Planning, Modernism and the Challenge of Enduring Urban Segregation

In V. Kaufmann (ed.) Cities in Translation: Interdiscipinarity in Urban Studies (London: Routledge).

Cities are a highly fragmented, heterogeneous subject; those who study, ana- lyze and question it make a use of a variety of disciplines and methods and have different areas of expertise. How is a dialogue built between heterogeneous urban contexts and urban researchers, architects, developers, anthropologists, sociologists and political scientists? What capacity do concepts and meth- ods have to travel from one context to another? How can they be transferred? Can they be translated? The strength of Translating the City lies in its disci- plinary and geographical comparison and dialogue on a global scale. It openly targets an international audience, bringing together leading researchers from a variety of disciplines (urban planning, sociology, architecture and anthropology) and presenting case studies from highly contrasting urban settings, including Cape Town, Dubai, Rio de Janeiro, Montreal, Mumbai, as well as Geneva, Lisbon, or Berlin.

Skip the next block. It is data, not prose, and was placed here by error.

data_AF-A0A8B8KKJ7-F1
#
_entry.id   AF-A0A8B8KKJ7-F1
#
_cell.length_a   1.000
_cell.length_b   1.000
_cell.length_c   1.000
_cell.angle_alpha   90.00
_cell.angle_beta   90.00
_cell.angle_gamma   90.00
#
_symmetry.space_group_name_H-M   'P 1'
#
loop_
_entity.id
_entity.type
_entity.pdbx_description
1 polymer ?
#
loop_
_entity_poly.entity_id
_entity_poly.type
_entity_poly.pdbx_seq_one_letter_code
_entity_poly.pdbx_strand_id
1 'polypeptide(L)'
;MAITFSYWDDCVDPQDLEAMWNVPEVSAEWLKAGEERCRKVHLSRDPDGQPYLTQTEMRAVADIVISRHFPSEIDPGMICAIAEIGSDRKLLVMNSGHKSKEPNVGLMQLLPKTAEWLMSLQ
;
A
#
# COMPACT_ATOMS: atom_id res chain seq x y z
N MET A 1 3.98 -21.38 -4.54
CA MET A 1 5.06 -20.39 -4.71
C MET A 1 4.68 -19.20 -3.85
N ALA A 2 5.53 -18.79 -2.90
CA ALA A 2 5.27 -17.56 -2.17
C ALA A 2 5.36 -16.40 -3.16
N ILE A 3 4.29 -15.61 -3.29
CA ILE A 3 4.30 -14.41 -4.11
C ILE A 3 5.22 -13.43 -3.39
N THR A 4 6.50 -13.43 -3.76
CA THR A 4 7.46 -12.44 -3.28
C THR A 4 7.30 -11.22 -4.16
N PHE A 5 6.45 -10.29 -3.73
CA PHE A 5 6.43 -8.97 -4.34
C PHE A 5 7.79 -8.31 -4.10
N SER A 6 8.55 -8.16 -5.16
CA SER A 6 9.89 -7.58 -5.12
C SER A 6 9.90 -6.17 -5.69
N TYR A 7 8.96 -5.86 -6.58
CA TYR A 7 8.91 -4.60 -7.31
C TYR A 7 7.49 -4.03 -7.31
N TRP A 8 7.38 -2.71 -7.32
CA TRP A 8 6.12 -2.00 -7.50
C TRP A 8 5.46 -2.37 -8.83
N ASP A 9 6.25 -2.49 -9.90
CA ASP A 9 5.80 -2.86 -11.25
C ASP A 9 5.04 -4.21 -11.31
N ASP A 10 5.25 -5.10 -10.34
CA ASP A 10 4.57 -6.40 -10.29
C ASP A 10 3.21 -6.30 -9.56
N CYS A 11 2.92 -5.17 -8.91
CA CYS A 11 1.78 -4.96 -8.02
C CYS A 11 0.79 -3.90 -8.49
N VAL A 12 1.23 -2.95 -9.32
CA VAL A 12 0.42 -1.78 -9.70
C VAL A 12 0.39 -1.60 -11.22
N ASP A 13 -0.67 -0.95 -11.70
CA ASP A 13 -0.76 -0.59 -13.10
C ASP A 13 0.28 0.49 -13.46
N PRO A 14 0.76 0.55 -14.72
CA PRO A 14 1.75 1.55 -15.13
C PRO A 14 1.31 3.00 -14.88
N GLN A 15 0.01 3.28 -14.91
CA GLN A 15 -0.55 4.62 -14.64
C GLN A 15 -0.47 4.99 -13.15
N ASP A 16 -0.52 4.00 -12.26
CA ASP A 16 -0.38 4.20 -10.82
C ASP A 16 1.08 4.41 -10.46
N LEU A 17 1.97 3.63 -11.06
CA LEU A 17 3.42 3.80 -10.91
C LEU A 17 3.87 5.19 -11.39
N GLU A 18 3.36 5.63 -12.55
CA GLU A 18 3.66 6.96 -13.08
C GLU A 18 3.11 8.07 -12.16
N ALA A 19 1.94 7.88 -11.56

Susan Parnell and Owen Crankshaw